After 32 years of attending, visiting, and helming many studio recordings, I've come to recognize the impact that guests dropping by can have on a session. In Tape Op #73 I described my take on 'Etiquette for the Studio Visitor?' But, in reality, whether one should have visitors during any recording scenario (whether while home recording, on a remote session, or in a studio) is the actual question that should be asked. What a visitor dropping by will bring to the table can potentially be either helpful or disruptive. What is confusing is that many of the most common disruptive visitations are completely unintentional.

It's hard for anyone that has never been on the performers' side of the recording equation to understand the focus needed, the vulnerability present, and the amount of time some of the work takes. The more that the visitor is respectful of the attention needed for the project, the more positive their appearance will be. Remember, a friend or loved one quickly dropping off some (probably much needed) food or refreshments can be a real positive for everyone.

Some visitors can bring a needed uplift to a session. It might be a friend of the musicians, who is also a musician, that adores their music, and who is excited to hear the songs they love come to life. These people can provide a sort of "virtual audience" for the group. Sometimes a respected musician can be a boost to long day, and positive feedback on the work going on from a peer always feels great. As a bonus, impromptu 'guest spot' overdubs can sometimes shine a new light on a song's possibilities.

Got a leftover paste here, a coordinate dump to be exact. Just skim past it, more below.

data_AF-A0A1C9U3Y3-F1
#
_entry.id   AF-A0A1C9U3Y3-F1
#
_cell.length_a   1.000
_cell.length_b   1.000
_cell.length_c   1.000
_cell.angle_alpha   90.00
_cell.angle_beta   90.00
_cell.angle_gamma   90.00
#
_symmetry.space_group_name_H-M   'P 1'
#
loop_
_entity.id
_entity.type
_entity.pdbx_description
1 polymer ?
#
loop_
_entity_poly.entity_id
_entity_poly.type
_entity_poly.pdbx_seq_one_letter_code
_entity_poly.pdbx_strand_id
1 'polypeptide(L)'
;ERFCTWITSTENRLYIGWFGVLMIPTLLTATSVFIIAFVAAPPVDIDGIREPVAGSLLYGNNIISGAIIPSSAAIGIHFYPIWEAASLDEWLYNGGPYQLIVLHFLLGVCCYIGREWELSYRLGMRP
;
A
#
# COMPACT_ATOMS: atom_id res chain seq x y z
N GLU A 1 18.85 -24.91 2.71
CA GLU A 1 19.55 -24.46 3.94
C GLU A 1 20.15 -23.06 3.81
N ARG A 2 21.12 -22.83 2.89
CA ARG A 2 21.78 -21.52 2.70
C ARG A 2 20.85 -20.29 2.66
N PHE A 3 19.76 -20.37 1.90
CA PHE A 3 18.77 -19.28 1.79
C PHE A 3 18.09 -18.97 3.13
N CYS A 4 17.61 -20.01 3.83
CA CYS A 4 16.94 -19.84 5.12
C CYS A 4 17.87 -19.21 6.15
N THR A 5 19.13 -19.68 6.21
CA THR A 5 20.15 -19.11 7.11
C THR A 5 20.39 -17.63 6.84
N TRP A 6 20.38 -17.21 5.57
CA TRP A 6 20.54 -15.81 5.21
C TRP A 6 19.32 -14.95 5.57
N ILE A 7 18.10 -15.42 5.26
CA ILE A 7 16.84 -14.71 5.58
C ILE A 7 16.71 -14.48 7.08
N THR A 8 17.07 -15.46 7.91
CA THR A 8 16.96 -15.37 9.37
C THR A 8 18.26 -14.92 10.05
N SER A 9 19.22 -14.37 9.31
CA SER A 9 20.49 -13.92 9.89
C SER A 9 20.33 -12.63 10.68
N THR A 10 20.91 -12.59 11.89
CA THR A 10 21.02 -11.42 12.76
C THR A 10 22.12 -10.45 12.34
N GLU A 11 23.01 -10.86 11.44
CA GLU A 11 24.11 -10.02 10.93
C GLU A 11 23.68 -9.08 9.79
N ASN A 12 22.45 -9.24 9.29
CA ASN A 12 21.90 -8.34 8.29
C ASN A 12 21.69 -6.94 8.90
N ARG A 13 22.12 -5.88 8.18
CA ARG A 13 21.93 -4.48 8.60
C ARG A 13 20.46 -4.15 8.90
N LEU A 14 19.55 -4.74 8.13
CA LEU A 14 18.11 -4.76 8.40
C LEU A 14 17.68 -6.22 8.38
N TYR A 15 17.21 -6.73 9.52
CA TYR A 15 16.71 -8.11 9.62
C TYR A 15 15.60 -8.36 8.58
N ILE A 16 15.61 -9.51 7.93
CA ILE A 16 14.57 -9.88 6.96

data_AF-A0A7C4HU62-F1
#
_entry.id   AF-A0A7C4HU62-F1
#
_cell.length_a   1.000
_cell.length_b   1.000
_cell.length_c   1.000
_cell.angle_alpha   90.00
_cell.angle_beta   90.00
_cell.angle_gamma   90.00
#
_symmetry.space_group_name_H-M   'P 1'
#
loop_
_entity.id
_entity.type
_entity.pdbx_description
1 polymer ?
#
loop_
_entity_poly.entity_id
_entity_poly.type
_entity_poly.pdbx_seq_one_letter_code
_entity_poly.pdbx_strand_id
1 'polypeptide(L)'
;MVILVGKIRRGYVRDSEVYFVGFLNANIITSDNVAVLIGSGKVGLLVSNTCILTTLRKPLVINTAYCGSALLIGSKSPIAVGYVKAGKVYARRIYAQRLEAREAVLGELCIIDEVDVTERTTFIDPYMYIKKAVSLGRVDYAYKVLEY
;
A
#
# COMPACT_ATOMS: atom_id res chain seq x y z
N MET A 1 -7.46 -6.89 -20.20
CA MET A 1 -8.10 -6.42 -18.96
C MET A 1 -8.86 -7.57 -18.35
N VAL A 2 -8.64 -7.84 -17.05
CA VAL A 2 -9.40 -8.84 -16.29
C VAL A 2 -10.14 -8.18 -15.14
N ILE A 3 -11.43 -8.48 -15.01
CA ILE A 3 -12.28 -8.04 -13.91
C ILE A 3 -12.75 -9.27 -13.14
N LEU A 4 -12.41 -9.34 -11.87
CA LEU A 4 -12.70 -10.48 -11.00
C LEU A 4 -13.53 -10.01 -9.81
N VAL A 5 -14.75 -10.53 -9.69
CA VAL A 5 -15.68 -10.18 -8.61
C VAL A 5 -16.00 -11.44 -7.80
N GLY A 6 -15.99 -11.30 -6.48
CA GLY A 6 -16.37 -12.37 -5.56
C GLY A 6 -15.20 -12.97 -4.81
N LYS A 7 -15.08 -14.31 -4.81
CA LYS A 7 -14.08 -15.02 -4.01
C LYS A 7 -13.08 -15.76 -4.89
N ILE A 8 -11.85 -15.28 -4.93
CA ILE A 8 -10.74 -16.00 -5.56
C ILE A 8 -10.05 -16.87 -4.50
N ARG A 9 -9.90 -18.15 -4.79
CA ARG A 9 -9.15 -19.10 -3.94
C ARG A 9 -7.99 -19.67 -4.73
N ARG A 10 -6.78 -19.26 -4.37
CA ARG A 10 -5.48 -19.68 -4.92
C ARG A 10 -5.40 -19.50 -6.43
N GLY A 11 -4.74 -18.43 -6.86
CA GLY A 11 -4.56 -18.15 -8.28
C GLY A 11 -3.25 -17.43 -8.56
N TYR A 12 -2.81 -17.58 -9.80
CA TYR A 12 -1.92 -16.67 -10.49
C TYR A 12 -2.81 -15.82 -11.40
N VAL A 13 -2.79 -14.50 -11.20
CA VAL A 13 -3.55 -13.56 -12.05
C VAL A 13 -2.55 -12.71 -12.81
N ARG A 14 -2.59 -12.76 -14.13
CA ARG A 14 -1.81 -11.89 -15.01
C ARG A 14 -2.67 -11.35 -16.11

Family members can bring good or bad elements to a session, depending on the situation. Children can give a recording parent a nice boost, but as the studio can seem interminably boring to an outsider, keeping kids' visits brief is important.

Band managers and record label folks can be a mixed bag. Some bring the enthusiasm of a fan, and make everyone feel good about the project. Others may shine a more pragmatic light on the proceedings, and wonder why time (and money) is being spent on a particular song or part. Not exactly conducive for the most creative flow.

One of the most disruptive situations I've ever been in involved with was a television crew, sent to do a short documentary about a band working in my studio. Video crews can slow everything down, make everyone feel awkward on camera, and impede the sort of brutal honesty in communications that is needed in the studio. Usually still photographers can be less intrusive, but I've had a few that stuck around far too long and never stopped chatting. "Hey, we're working!"

Producers should be aware of the impact that folks dropping in and out can have. Situations where friends of the artists coming by can get disruptive and should be dealt with by the producer. Clearing the room and maintaining order to keep sessions on track is their responsibility; plus they can play "bad cop" if needed, and be the buffer between the artist and their pals. Engineers, assistants, and interns should understand the impact that any of their own visitors will have, and limiting these intrusions is highly important.

Studio managers, studio owners, and other business infrastructure people should also be aware of the repercussions of their drop ins. I've watched in horror as a studio manager gave me a tour by barging into just about every session in a multi-room facility. I've also totally understood when I wished to see a famous facility and the owner declared rooms off limits due to session lock outs.

Whether your next tracking or mixing session has people dropping by is up to everyone. Artists should express their needs for privacy, or for a communal vibe. What they desire from a session is paramount. Musicians being comfortable, and getting great music tracked, are always the most important factors to consider!

Tape Op is a bi-monthly magazine devoted to the art of record making.

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